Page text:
Lewis: A World of Free Beings by God’s Design

The age-old controversy over free will continues to plague us. I have very settled views on the matter. Some of what I believe on this is enunciated quite well by C. S. Lewis in a couple of his works. For instance, in The Problem of Pain, he zeroes in on the one who is truly accountable for evil entering into this world:

Man is now a horror to God and to himself and a creature ill-adapted to the universe not because God made him so but because he has made himself so by the abuse of his free will.

This, of course, leads to a question:

Why Free Will

In one of his essays, “The Trouble with ‘X’ . . . ” he lays out the rationale for why God made us with choice:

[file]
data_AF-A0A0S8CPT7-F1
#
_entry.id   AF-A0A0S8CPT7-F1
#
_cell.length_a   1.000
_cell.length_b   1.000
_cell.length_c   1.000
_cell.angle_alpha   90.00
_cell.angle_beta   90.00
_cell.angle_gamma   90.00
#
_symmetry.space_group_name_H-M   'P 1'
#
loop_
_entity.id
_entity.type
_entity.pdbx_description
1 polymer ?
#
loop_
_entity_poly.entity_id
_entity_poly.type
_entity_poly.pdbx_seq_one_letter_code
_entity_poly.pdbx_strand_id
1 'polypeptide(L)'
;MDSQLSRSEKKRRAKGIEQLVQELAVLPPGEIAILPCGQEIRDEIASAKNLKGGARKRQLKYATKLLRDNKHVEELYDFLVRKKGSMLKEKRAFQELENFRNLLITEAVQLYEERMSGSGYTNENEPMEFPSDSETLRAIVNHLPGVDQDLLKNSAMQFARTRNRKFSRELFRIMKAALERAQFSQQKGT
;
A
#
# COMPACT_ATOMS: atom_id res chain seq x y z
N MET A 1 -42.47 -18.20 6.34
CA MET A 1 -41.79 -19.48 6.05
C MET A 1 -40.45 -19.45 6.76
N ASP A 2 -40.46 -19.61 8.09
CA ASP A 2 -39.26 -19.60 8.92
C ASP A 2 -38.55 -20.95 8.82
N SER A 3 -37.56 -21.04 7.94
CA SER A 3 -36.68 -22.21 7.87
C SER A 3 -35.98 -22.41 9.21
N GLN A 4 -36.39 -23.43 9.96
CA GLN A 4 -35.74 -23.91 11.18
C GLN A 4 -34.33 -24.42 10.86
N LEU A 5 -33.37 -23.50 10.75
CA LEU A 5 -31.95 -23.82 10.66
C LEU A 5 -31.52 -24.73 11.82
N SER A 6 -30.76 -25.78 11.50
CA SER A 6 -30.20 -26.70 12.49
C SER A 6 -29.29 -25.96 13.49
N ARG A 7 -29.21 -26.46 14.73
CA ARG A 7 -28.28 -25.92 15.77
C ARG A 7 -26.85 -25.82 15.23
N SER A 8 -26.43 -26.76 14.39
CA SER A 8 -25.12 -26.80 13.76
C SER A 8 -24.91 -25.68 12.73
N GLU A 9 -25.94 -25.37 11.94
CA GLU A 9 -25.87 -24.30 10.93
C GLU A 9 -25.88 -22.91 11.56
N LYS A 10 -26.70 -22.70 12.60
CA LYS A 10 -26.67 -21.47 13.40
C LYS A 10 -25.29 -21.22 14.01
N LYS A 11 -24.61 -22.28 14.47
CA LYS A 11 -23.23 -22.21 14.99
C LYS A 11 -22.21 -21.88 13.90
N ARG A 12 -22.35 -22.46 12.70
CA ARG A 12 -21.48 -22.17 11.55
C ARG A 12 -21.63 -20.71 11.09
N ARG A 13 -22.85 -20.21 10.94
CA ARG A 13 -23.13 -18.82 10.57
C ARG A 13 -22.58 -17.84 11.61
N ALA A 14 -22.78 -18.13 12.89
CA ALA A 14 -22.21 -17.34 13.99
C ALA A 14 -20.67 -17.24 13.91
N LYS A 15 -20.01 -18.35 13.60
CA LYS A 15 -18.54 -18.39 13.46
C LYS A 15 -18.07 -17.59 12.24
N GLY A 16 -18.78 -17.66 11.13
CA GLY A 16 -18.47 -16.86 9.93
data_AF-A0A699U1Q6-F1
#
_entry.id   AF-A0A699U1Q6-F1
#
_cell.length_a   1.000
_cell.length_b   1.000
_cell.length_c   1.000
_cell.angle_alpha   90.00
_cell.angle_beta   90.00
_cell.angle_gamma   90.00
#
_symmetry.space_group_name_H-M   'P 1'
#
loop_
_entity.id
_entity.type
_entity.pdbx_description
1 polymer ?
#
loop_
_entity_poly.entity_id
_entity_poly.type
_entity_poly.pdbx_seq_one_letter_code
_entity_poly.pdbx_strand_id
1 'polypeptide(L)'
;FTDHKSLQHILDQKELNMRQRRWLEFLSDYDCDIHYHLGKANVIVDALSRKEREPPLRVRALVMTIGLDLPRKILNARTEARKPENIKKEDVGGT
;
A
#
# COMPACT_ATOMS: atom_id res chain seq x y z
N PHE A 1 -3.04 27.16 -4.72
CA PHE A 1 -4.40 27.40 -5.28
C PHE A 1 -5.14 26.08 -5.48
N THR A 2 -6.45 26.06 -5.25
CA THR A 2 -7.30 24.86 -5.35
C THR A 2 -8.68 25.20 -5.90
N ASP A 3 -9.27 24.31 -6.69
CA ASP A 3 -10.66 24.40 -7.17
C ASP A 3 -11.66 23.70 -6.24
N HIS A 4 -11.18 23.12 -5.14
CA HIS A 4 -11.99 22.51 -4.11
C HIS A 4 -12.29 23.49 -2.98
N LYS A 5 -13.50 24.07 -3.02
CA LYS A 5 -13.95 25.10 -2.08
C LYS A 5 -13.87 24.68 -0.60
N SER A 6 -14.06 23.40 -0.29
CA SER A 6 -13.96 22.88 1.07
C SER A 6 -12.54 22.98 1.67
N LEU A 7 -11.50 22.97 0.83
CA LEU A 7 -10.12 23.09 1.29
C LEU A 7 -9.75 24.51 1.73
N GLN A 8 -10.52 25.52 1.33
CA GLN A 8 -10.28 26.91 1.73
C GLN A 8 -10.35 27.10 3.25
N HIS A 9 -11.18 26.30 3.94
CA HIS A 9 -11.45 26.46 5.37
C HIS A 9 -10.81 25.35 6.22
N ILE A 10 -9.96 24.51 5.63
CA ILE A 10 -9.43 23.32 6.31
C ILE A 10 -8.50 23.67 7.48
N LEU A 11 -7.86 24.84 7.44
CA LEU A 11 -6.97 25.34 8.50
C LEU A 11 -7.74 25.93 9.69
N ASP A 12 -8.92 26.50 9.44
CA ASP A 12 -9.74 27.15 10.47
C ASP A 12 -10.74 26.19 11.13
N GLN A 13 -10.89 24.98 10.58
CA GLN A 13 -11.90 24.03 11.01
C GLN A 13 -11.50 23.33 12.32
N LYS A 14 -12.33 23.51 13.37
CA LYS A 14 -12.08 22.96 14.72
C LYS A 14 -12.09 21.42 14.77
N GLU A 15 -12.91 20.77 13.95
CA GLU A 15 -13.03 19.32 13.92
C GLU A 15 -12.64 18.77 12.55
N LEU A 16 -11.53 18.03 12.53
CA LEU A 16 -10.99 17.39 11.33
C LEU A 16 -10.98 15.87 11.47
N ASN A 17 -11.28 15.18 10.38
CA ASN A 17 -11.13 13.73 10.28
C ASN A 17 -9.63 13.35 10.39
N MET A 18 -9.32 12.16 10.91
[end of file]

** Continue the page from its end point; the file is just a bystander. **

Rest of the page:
God has made it a rule for Himself that He won’t alter people’s character by force. He can and will alter them—but only if the people will let Him. . . . He would rather have a world of free beings, with all its risks, than a world of people who did right like machines because they couldn’t do anything else. The more we succeed in imagining what a world of perfect automatic beings would be like, the more, I think, we shall see His wisdom.

I see that wisdom clearly. Thank God that He made us with the capacity to love and to have loving relationships with Him and other “free beings.”